Church’s ‘strong right arm’ supports faith, charity in action

November 12, 2020 at 4:24 p.m.
Church’s ‘strong right arm’ supports   faith, charity in action
Church’s ‘strong right arm’ supports faith, charity in action

Christina Leslie

lay organization designed to aid families of men enduring dangerous factory working conditions now stands two million brothers strong behind tenets of charity, unity, fraternity and patriotism. The Knights of Columbus, founded in 1881, has withstood anti-Catholic sentiment, two World Wars, a Great Depression, countless challenges, even a pandemic or two, but has remained true to its mission to serve the Church, community and family with God’s divine direction.

Charity and Virtue

The national Knights of Columbus website, KofC.org, proudly outlines its 139-year history from its roots in Connecticut to its growth into an organization with worldwide reach and influence.

Father Michael J. McGivney, a 29-year-old assistant pastor in St. Mary Church, New Haven, Conn., gathered a group of men in his parish Oct. 2, 1881, to establish a lay organization with a three-fold purpose: to prevent Catholic men from entering the anti-Church secret societies prevalent in the area; to support the families of the parish whose male breadwinners had died, and to serve the Church with charity and virtue. To illustrate that their loyalty to their country need not interfere with their faith, the order chose Christopher Columbus, a devout Catholic, as the fraternal group’s patron.

Father McGivney issued a diocesan-wide appeal to his fellow priests for new Knights, and men were drawn to its works of charity. In 1892, 6,000 Knights marched in the New Haven Columbus Day parade to celebrate the 400th anniversary of their patron’s discovery of the New World. The organization received a blessing from Archbishop Francesco Satolli, apostolic delegate to the United States, for the “merits of this splendid Catholic organization” in 1895.

The Knights of Columbus grew exponentially at the beginning of the 20th century in response to needs in U.S. communities and beyond. By 1910, groups of Knights, known as councils, were chartered throughout the U.S., Canada, Mexico, the Philippines, Cuba and Panama. Striving to involve men of faith studying at colleges and universities, in 1904, the order presented The Catholic University of America in Washington with a grant to establish a Knights of Columbus chair of American history; fundraising efforts over the next nine years resulted in a $500,000 permanent endowment to the school.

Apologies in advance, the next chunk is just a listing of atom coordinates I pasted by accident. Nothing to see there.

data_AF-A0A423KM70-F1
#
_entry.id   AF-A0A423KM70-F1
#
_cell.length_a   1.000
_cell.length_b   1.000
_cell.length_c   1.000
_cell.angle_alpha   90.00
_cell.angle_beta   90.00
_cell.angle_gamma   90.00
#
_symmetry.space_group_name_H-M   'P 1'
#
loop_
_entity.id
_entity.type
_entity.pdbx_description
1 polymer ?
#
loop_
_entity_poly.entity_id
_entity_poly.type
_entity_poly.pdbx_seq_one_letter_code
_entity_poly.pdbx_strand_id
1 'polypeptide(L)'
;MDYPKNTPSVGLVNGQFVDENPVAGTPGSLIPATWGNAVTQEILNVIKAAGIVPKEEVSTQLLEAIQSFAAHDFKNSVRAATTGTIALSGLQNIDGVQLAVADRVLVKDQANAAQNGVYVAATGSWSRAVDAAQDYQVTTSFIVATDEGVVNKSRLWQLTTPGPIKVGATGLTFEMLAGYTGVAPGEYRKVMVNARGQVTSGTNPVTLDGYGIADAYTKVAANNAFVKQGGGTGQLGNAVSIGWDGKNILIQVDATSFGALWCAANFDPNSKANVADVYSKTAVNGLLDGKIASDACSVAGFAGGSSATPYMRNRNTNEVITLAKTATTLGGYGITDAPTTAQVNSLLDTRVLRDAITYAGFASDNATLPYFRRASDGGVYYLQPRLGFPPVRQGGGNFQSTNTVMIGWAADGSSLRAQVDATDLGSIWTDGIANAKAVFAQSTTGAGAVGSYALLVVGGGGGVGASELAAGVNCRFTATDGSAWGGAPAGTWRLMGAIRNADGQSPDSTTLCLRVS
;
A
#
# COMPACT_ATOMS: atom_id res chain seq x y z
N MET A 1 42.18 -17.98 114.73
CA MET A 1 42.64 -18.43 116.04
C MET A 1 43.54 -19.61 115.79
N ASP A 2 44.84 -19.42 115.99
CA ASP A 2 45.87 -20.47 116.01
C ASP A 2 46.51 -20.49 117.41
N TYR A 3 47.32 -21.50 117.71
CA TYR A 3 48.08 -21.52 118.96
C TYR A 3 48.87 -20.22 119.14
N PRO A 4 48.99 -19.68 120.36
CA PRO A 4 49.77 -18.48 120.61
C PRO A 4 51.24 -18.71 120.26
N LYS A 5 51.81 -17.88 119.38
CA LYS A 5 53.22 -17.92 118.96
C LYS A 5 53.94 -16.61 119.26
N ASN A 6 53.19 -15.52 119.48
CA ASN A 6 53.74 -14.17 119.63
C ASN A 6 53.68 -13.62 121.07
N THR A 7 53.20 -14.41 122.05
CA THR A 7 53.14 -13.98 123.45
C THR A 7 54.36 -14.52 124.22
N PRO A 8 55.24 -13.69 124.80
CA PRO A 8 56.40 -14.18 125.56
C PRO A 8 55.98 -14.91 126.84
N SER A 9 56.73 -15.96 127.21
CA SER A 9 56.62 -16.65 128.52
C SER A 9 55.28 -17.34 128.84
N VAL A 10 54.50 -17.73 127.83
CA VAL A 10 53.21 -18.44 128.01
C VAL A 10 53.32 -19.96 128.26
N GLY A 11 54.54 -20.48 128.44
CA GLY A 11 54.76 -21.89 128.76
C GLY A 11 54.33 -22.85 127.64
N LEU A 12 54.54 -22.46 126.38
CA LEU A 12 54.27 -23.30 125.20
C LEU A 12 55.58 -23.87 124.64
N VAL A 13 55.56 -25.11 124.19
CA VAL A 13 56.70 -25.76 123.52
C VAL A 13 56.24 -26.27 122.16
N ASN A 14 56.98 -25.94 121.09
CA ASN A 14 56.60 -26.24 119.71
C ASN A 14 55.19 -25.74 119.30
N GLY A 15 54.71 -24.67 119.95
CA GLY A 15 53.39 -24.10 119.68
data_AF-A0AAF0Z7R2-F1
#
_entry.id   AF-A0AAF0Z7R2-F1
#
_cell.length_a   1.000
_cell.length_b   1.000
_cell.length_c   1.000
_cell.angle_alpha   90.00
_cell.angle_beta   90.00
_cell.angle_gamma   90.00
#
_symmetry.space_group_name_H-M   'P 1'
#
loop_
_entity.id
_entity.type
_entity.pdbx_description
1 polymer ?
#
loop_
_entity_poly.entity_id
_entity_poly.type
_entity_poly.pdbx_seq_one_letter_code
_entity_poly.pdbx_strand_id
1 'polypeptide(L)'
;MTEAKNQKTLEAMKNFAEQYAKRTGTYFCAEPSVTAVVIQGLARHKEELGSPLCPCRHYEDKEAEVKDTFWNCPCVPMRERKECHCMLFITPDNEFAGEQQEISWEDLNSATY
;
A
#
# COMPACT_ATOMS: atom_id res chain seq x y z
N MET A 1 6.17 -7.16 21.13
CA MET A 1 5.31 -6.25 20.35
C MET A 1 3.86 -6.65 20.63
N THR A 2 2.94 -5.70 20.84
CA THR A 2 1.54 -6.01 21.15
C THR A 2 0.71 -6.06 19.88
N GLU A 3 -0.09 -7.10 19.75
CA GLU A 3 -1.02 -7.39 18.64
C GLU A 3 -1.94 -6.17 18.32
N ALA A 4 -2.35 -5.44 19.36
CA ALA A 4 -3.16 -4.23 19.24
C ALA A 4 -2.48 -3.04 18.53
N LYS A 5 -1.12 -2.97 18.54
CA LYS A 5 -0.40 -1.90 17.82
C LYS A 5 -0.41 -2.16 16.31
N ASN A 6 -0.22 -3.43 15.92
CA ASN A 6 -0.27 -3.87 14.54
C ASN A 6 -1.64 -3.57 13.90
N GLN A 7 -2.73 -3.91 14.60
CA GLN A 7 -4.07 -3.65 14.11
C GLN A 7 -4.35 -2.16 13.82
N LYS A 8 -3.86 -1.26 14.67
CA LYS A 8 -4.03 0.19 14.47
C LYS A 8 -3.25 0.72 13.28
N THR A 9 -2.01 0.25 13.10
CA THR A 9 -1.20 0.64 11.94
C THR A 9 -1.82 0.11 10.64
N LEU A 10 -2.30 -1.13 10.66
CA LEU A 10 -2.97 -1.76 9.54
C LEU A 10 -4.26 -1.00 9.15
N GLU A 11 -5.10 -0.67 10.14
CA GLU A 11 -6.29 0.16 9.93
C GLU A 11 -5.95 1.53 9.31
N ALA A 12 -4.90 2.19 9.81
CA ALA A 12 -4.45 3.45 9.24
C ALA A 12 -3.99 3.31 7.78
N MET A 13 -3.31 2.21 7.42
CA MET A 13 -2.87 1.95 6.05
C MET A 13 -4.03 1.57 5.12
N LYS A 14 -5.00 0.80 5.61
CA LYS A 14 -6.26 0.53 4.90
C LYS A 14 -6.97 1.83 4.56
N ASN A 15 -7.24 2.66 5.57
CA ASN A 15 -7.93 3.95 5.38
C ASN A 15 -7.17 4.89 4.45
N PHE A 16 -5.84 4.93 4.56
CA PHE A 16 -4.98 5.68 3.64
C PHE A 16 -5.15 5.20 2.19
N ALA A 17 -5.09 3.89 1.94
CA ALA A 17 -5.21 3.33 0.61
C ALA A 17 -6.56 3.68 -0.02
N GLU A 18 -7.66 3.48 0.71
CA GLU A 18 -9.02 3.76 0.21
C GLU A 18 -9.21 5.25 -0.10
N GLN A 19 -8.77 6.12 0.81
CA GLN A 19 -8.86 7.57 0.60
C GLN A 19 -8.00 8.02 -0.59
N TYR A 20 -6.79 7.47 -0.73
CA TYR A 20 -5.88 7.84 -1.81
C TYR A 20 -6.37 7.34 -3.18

Over the course of its 139 years, the Knights of Columbus has supported individual and societal needs regardless of creed, sex or status. The order offered education and employment services to servicemen returning from World War I; worked to overcome racial prejudice by the Ku Klux Klan; backed legislation to permit children to attend religious schools; fought fascism and communism following World War II, and successfully lobbied to add the words “under God” to the Pledge of Allegiance. Referencing their invaluable assistance to Catholicism globally, Pope John Paul II referred to them as the “strong right arm” of the Church.

Strength in Numbers

The basic unit of the Knights of Columbus is the local council. Based in parishes or out in the community, each is headed by a Grand Knight and under the spiritual guidance of a chaplain, or local priest. Districts comprise several groups of local councils and are led by District Deputies. State Councils report to the Supreme Council, the Knights officers located at the organization’s international headquarters in New Haven, Conn. The present Supreme Knight is Carl A. Anderson.

Knights of Columbus must be at least 18 years of age and practicing Catholic men. According to its 2020 Annual Report of the Supreme Knight released this summer, worldwide, the Knights of Columbus number some two million members in 16,242 councils, nearly 400 of them located on college and university campuses. New Jersey counts 59,700 member Knights in 377 councils, while the Diocese of Trenton numbers some 11,736 members in 73 councils.

Programs to Assist All

There are nearly as many charitable programs and initiatives performed by Knights of Columbus as there are member Knights. The Annual Report discloses that in fiscal 2019, the Knights contributed a record-setting $187.7 million in donations, while its members performed 76.7 million hours of service. Sports competitions, essay contests and letters to seminarians involve the youngest Catholics, while philanthropic programs ease burdens for communities undergoing crisis. Knight-led food drives have reaped $1.8 million in donations and 540,381 donors have donated a pint of blood to aid their neighbors. Councils raised $7.8 million in scholarships and grants for the deserving student, and they regularly “adopt” priests and seminarians to ease the financial burdens of their education.

Other examples include:

Ultrasound initiative: Their strong anti-abortion stance has led Knights to raise $60 million to place 1,255 ultrasound machines at pro-life pregnancy centers across the United States and Canada.